Maytag would set about improving the quality, consistency and, in fact every aspect of the brewery. He was not an overnight success. For Maytag it was a long hard grind. Despite this, Maytag’s contribution to the craft beer scene was far-reaching. Maytag would inspire many craft brewers, and he shared his knowledge with visitors to his brewery. It seems that any American craft brewer of note had at one time visited the Anchor Brewing Company.

In 1974 Fritz Maytag visited the United Kingdom searching for inspiration. One beer that impressed him above all others was Timothy Taylor Brewery’s The Landlord, a hoppy pale ale.

Somewhat suitably we start our American revolution with an English classic.

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Beer no. 1, Timothy Taylor’s The Landlord.

West Yorkshire, UK. ABV 4.1%. IBU approximately 30-40.

This delicious ale poured a fantastic clear gold, with good hop and malt balance, worthy of its four CAMRA beer of the year awards.

Back in San Francisco, Maytag would brew his take on The Landlord to commemorate the 200th anniversary of Paul Revere’s midnight ride. Anchor’s Liberty Ale first brewed in 1975 was the historic beer that started a revolution. The big American breweries which dominated the market were serving watery lagers with 10 IBU. Maytag wanted a flavoursome beer with up to 40 IBU.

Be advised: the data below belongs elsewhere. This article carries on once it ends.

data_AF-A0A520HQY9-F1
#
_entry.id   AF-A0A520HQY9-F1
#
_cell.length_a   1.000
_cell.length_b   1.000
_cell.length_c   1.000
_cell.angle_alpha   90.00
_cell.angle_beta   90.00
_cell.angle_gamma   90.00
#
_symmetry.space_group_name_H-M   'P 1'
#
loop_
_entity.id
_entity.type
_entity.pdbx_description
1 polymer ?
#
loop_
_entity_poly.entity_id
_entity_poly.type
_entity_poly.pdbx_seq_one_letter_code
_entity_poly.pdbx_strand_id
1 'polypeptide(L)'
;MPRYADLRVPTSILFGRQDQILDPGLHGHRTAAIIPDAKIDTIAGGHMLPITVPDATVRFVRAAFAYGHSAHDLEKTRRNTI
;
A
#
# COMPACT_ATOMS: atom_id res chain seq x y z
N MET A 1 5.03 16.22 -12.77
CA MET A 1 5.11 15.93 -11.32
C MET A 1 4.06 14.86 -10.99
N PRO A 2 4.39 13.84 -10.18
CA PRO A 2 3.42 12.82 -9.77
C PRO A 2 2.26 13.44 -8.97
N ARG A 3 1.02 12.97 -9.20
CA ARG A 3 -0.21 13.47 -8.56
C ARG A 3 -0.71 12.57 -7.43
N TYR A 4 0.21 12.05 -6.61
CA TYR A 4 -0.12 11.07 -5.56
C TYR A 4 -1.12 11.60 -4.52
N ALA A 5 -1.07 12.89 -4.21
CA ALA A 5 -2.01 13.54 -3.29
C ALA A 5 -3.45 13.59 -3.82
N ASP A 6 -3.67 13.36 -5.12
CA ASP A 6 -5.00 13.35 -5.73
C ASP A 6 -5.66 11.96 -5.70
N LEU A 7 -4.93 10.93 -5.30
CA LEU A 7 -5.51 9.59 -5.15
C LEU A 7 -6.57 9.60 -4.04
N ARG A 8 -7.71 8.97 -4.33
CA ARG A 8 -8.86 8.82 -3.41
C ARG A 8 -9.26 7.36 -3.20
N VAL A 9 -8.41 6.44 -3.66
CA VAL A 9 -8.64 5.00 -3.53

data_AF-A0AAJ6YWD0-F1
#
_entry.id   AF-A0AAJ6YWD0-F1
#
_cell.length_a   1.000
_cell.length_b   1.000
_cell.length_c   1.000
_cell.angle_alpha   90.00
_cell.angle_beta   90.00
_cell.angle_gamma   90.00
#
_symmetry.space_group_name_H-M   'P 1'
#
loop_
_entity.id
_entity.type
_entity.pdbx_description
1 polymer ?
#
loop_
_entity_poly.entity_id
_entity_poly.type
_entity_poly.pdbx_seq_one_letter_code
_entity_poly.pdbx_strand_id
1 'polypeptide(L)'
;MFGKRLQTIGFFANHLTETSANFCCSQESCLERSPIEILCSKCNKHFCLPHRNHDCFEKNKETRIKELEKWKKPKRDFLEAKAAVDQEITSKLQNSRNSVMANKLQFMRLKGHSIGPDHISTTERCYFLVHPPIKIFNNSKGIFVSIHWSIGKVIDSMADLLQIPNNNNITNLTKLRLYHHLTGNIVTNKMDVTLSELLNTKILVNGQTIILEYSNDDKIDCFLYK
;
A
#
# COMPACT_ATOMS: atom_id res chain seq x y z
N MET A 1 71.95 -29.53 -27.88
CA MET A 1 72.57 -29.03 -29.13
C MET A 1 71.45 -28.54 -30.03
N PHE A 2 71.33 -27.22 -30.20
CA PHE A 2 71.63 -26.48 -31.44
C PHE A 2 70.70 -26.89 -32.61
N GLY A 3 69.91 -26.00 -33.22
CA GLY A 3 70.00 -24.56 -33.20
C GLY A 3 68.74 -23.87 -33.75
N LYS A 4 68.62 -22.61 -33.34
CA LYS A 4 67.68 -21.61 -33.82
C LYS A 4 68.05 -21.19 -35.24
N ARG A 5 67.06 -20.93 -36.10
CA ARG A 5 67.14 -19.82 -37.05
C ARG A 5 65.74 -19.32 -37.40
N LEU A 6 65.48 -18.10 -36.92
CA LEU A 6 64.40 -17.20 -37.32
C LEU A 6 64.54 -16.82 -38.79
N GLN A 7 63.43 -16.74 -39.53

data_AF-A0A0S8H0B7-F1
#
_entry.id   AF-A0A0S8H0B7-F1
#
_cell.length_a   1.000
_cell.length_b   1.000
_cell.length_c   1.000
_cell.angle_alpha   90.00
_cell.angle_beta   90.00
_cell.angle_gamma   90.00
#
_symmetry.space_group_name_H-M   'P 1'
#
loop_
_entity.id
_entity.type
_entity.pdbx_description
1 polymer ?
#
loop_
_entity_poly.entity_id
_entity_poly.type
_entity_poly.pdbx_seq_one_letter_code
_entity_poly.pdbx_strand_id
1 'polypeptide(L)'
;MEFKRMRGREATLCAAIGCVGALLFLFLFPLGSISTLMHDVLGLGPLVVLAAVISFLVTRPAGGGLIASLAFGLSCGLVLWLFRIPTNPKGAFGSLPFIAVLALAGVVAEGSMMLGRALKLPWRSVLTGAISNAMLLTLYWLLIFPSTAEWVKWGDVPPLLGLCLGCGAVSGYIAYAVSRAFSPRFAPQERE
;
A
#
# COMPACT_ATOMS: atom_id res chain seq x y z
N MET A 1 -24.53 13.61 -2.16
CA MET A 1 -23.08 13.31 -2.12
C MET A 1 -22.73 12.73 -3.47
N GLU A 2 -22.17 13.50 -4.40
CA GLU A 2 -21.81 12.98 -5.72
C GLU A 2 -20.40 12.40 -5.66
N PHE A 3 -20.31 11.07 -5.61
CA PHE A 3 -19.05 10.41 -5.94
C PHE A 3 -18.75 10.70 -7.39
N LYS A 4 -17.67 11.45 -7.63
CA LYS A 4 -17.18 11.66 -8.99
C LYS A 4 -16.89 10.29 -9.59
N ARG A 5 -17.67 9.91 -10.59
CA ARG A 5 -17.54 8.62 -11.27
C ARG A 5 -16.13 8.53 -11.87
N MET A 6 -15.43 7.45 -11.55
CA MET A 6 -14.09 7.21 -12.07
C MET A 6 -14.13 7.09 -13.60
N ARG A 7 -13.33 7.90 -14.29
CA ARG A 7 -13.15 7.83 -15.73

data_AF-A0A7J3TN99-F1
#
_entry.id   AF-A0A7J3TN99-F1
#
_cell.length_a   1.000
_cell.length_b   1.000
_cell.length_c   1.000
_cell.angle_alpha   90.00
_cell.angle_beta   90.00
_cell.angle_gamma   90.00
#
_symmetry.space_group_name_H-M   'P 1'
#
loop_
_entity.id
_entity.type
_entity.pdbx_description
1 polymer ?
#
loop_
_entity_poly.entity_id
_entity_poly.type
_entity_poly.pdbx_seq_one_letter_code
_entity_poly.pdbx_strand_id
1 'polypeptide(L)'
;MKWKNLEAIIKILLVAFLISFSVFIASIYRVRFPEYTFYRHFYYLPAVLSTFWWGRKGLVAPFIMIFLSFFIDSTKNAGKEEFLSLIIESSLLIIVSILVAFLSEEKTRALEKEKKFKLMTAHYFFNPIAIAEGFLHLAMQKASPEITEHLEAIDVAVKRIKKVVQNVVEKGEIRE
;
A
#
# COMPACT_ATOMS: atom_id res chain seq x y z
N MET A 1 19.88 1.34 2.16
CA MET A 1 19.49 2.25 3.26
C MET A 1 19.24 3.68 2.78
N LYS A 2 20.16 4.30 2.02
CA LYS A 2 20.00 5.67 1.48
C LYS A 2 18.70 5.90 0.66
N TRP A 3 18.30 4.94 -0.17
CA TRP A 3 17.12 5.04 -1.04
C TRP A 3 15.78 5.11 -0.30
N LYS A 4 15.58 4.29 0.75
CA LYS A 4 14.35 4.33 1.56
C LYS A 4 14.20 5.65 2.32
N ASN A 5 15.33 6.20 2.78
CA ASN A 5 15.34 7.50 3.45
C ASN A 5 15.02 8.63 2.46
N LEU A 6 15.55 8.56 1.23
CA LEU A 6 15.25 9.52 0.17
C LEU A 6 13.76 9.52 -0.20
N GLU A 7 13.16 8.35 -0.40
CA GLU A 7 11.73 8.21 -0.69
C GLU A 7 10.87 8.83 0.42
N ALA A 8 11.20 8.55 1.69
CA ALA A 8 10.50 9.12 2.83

Ideally for our tasting, beer number two would have been Anchor Liberty Ale, which was still on Malthouse’s website, but not in stock.

In 1980 a part-time bike mechanic and home brewer, Ken Grossman and his acquaintance Paul Camusi started a brewery in Chico, California . Inspired by Liberty Ale and its American grown Cascade hop, Grossman and Camusi brewed the Sierra Nevada Brewing Company Pale Ale.

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Beer no. 2, Sierra Nevada Pale Ale.

Chico, California, USA. ABV 5.6%. IBU 38.

The Sierra Nevada complemented Timothy Tale but the Cascade hop was significantly more forward on the palette.

Every so often invention provokes revolution. Never was that truer than with the birth of the Cascade hop. Worldwide it was thought that European hops were – and had always been – superior to their New World counterparts. That changed in the late 1960s with the development of the Cascade… If one ingredient can be said to start a movement, it would be the Cascade hop – the plant that built craft beer.     – sierranevada.com